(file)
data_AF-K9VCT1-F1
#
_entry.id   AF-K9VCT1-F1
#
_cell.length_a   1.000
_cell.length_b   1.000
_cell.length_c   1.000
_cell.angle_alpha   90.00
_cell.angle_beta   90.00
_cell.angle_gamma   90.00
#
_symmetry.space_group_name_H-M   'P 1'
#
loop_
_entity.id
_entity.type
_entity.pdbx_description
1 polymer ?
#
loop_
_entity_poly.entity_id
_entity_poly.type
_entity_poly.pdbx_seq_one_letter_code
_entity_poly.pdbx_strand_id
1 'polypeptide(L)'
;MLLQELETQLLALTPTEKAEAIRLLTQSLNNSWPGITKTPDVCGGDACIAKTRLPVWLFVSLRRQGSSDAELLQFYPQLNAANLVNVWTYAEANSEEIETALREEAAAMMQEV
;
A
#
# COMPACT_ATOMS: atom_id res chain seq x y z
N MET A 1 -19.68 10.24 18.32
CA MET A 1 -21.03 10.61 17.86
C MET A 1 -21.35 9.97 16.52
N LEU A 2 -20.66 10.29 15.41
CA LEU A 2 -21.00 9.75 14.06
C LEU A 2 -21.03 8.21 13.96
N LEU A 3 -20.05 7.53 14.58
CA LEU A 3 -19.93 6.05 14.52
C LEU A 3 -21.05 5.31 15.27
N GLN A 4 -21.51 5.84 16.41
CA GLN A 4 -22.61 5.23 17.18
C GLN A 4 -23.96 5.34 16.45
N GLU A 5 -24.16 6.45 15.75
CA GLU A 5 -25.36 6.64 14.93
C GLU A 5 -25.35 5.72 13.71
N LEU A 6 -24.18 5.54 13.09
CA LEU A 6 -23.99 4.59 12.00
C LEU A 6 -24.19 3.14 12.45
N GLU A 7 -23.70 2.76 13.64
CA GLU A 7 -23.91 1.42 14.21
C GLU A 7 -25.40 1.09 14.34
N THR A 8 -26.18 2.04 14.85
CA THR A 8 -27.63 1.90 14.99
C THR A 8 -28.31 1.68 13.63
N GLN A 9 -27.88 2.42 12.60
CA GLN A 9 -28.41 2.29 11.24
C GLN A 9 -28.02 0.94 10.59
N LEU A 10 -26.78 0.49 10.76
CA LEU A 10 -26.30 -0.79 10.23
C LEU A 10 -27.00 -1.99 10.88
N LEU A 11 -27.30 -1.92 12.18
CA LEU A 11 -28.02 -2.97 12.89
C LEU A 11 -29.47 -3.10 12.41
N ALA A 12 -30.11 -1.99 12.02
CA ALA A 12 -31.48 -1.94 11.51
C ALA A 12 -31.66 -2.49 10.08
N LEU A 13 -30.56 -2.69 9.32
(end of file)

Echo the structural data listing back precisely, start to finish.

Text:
data_AF-K9VCT1-F1
#
_entry.id   AF-K9VCT1-F1
#
_cell.length_a   1.000
_cell.length_b   1.000
_cell.length_c   1.000
_cell.angle_alpha   90.00
_cell.angle_beta   90.00
_cell.angle_gamma   90.00
#
_symmetry.space_group_name_H-M   'P 1'
#
loop_
_entity.id
_entity.type
_entity.pdbx_description
1 polymer ?
#
loop_
_entity_poly.entity_id
_entity_poly.type
_entity_poly.pdbx_seq_one_letter_code
_entity_poly.pdbx_strand_id
1 'polypeptide(L)'
;MLLQELETQLLALTPTEKAEAIRLLTQSLNNSWPGITKTPDVCGGDACIAKTRLPVWLFVSLRRQGSSDAELLQFYPQLNAANLVNVWTYAEANSEEIETALREEAAAMMQEV
;
A
#
# COMPACT_ATOMS: atom_id res chain seq x y z
N MET A 1 -19.68 10.24 18.32
CA MET A 1 -21.03 10.61 17.86
C MET A 1 -21.35 9.97 16.52
N LEU A 2 -20.66 10.29 15.41
CA LEU A 2 -21.00 9.75 14.06
C LEU A 2 -21.03 8.21 13.96
N LEU A 3 -20.05 7.53 14.58
CA LEU A 3 -19.93 6.05 14.52
C LEU A 3 -21.05 5.31 15.27
N GLN A 4 -21.51 5.84 16.41
CA GLN A 4 -22.61 5.23 17.18
C GLN A 4 -23.96 5.34 16.45
N GLU A 5 -24.16 6.45 15.75
CA GLU A 5 -25.36 6.64 14.93
C GLU A 5 -25.35 5.72 13.71
N LEU A 6 -24.18 5.54 13.09
CA LEU A 6 -23.99 4.59 12.00
C LEU A 6 -24.19 3.14 12.45
N GLU A 7 -23.70 2.76 13.64
CA GLU A 7 -23.91 1.42 14.21
C GLU A 7 -25.40 1.09 14.34
N THR A 8 -26.18 2.04 14.85
CA THR A 8 -27.63 1.90 14.99
C THR A 8 -28.31 1.68 13.63
N GLN A 9 -27.88 2.42 12.60
CA GLN A 9 -28.41 2.29 11.24
C GLN A 9 -28.02 0.94 10.59
N LEU A 10 -26.78 0.49 10.76
CA LEU A 10 -26.30 -0.79 10.23
C LEU A 10 -27.00 -1.99 10.88
N LEU A 11 -27.30 -1.92 12.18
CA LEU A 11 -28.02 -2.97 12.89
C LEU A 11 -29.47 -3.10 12.41
N ALA A 12 -30.11 -1.99 12.02
CA ALA A 12 -31.48 -1.94 11.51
C ALA A 12 -31.66 -2.49 10.08
N LEU A 13 -30.56 -2.69 9.32